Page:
‘But how small is ‘small’?’. Most parents and carers know that small things can be a choking hazard if swallowed, but very few know for sure what to look out for.
These photos might help. The mum’s hands are average size, and I suspect you know the bricks. What she is using is a Choke Tester – the small parts cylinder specified in the European Safety Standard. Anything that fits or can be squashed inside one of these is considered a choking hazard.
But sadly it’s not that easy. Some things may not fit into a Choke Tester, but due to their shape are still a hazard. Hot dogs are one of the most common cases of choking in the US due to their long slippery surface, while some Corner Protectors are a perfect fit into a child’s mouth if they fall off the edge of the table (which is why the Fred Corner Protectors are a completely different choke-proof design).
What can you do?
1. Keep small objects out of reach.
Many of the things that you often find lying around – coins (even the big £2 one), buttons and beads, drawing pins and screws, lithium batteries and pen tops, deflated or bits of burst balloons, marbles and other small toys– are all choking hazards.
You’ll doubtless be focussing on keeping your child’s cot/ playpen a safe place, but as your child starts to crawl and explore they will spot things on the floor that may have rolled just out of sight. So stage 1 of baby proofing your home will be to check under every cupboard sofa, bed etc. in every room that your child has access to. Then each time you drop something you’ll need to pick it up straight away – and keep on checking! Even before your child starts crawling check the sofa - it’s so easy for coins, buttons, sweets etc. to fall out of a pocket and a baby to find it while cuddling on the couch.
2. Educate older children, siblings and carers
This is where having your own Choke Tester will really help – if you don’t really know the size of a choke hazard, how can you explain ‘small’ to anyone else? By showing an older child which of their toys will and won’t fit in the Choke Tester, they can work out for themselves what to keep away from the new baby. Helping the whole family to ‘think safe’ in a fun way is a great way of avoiding accidents.
You will find a Choke Tester in the Fred Safety Check Tools kit which also includes a finger probe (to help understand what is and isn’t a finger-trap), and warning stickers to place in potentially dangerous areas of your home.
3. Don’t give children under 4 small, round food items.
Just because it’s food, it doesn’t mean it’s safe to eat. Until they are 4, children don’t have the ability to chew and manipulate foods as an adult can, so chop food to approx. 1cm pieces, and keep them away from;
• Nuts, including peanuts
• Hard raw vegetables such as carrot sticks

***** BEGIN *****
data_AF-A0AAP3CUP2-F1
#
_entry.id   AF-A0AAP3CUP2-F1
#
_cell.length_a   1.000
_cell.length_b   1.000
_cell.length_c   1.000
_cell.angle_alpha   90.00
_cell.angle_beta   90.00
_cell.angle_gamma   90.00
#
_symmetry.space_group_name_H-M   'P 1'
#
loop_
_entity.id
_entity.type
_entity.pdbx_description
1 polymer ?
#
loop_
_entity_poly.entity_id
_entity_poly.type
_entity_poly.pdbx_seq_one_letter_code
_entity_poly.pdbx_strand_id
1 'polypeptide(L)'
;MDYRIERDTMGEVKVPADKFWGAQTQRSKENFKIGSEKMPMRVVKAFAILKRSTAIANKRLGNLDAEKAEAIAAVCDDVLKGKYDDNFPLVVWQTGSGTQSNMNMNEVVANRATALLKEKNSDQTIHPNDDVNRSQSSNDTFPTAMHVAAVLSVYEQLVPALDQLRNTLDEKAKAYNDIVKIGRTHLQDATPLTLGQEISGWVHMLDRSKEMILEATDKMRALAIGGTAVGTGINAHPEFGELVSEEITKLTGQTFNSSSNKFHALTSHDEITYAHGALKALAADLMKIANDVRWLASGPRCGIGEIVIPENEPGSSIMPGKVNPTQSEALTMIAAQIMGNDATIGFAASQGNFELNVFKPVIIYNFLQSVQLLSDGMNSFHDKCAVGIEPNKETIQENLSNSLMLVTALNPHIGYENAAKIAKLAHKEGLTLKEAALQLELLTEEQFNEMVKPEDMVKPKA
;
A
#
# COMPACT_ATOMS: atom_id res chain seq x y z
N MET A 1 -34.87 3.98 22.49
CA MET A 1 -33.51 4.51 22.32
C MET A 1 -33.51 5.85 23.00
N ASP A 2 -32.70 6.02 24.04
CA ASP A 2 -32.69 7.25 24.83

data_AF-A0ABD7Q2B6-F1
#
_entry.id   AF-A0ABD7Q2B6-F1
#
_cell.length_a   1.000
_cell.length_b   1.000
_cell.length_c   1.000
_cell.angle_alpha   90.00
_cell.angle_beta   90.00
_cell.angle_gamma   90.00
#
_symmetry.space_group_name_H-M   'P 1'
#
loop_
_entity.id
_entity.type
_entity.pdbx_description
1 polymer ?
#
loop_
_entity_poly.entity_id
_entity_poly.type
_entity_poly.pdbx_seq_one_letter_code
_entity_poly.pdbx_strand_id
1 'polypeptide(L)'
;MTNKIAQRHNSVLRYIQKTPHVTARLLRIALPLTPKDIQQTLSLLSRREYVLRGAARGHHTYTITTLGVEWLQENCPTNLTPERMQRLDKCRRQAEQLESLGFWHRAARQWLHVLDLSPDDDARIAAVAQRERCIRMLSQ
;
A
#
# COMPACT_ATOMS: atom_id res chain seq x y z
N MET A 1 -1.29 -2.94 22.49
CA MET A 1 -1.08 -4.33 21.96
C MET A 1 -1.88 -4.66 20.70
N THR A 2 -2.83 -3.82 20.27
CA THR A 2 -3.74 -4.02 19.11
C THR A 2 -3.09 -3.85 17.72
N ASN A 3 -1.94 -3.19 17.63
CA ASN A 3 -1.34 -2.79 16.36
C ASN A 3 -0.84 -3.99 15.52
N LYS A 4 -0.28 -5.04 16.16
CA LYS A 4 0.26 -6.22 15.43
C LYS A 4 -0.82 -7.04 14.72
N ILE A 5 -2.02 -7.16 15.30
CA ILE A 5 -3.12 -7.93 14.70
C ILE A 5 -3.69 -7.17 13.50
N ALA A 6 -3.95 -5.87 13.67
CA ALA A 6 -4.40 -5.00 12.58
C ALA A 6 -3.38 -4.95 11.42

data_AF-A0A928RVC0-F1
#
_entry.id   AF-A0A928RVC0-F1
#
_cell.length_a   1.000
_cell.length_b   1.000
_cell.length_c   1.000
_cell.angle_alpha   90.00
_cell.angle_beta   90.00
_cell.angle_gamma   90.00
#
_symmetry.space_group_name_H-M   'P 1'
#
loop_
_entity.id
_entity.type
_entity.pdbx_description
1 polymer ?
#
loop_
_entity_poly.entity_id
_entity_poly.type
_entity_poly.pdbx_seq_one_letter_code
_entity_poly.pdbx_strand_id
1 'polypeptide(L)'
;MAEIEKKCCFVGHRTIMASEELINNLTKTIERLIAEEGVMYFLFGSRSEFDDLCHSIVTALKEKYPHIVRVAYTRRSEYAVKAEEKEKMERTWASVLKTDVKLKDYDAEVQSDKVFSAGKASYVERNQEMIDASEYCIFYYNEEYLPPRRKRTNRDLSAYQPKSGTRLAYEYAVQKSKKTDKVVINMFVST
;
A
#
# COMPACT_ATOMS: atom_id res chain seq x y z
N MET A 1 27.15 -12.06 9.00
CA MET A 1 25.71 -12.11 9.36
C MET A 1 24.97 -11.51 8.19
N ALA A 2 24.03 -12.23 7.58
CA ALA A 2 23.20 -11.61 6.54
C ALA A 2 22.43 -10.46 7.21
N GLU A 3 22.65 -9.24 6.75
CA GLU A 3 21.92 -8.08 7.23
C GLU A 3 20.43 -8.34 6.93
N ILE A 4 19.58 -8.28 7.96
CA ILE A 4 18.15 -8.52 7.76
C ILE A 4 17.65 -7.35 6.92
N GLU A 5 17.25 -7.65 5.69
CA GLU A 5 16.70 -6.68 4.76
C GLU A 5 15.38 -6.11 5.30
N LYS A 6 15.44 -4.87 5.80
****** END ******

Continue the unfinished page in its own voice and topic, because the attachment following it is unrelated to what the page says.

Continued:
• Whole grapes and other round berries and vegetables. Babies often love grapes, blueberries, tomatoes etc. so simply cut them into quarters
• Sticky foods such as raisins or peanut butter that can clump together in their mouth
• Boiled or other hard sweets
• Soft sweets such as marshmallows
• Whole hot dogs and sausages. Cut them lengthways first then slice nice and small
• Chocolate eggs with toys inside (these are designed for older children)
4. Choose well-made toys from a responsible manufacturer that have the CE mark and are the appropriate age range
If a toy has small parts which are a choking hazard, they will be marked with this symbol and kept well away from the under 3’s. As any toy becomes loved and well used, you’ll need to check it regularly for damage – something may come loose and represent a risk.
5. Don’t let your children run around with objects in their mouths, and that includes food!
It’s far too easy to choke on something (or break those lovely new teeth) running around in the usual rough and tumble toddler fashion. Keeping them sitting while they eat has a double benefit – far less mess to clear up!!
6. Don’t let your child eat or drink lying down.
You’ll know yourself that it is difficult to eat or drink lying down, so don’t expect your child to! Toddlers having a night-time drink in bed, should be made to sit up, and babies should never be left with a bottle.
7. Keep watching
Choking happens very quickly, so as with everything else, it is important that your child is properly supervised at all times. Avoid giving your child anything to eat or drink in the car as by the time you have stopped safely and got them out of their car seat it may be too late.
8. Be Prepared
Follow this link to the Red Cross site for their advice in case of emergency. If your child chokes, you won’t have time for a Google search, so please read this NOW.
A child dies every month in the UK from choking, and hundreds more require hospital treatment (RoSPA accident statistics). By understanding how small is ‘small’, and child proofing your home, we hope that this shockingly high accident rate can be reduced.